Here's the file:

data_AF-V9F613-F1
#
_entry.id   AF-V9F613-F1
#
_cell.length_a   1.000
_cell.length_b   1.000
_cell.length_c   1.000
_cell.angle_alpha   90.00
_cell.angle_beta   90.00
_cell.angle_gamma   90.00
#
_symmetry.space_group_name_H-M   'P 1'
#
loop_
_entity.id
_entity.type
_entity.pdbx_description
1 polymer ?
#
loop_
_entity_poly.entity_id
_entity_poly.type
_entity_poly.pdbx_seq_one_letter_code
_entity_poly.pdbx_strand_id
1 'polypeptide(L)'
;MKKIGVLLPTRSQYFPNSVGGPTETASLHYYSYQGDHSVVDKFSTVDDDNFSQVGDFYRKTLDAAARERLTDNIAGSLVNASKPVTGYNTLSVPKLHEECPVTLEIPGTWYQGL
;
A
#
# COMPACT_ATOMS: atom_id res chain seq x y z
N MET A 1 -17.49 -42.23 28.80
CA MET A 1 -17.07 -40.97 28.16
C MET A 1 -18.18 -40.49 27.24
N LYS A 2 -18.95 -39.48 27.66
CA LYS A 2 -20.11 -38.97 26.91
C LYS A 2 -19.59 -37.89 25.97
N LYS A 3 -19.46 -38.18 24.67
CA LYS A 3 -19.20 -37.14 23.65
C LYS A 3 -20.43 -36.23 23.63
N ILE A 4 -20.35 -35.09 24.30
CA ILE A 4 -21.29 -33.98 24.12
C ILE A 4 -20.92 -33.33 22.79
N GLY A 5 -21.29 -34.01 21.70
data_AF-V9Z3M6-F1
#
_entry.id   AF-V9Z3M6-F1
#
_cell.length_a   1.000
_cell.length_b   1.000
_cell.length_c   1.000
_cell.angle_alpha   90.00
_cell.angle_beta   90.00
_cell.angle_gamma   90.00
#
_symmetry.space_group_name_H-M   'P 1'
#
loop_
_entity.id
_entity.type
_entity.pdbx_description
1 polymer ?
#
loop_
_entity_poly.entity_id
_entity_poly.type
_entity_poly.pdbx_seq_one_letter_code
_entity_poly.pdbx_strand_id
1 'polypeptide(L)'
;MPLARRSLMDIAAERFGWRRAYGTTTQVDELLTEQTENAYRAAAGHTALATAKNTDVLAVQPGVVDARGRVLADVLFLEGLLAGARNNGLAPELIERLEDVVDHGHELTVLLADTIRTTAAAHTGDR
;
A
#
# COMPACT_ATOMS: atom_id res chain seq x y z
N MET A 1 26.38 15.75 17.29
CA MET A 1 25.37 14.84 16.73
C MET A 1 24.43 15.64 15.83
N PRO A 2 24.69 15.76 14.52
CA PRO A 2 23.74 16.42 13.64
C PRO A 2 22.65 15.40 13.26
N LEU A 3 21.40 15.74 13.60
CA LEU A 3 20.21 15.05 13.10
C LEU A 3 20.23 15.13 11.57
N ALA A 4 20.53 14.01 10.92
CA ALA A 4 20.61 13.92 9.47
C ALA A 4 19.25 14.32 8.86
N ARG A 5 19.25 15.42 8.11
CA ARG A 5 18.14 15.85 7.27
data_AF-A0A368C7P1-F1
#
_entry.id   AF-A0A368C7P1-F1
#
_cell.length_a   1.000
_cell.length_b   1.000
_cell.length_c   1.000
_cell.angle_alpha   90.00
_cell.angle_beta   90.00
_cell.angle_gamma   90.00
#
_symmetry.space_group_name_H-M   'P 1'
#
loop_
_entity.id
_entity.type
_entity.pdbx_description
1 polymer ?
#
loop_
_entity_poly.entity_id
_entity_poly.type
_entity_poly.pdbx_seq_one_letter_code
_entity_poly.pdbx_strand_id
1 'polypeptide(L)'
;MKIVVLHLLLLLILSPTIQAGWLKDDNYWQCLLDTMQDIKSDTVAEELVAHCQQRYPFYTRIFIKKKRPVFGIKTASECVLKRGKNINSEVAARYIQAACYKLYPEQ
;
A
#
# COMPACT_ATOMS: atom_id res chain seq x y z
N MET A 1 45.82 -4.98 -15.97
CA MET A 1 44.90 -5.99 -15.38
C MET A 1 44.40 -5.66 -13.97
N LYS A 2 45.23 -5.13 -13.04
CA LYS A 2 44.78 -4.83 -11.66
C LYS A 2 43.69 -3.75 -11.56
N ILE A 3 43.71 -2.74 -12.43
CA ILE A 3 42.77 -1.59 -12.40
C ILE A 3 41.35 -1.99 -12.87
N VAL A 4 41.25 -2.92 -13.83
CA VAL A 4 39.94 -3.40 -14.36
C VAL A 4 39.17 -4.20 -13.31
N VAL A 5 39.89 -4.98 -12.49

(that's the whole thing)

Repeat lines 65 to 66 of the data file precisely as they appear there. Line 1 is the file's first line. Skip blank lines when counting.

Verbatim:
_entity_poly.type
_entity_poly.pdbx_seq_one_letter_code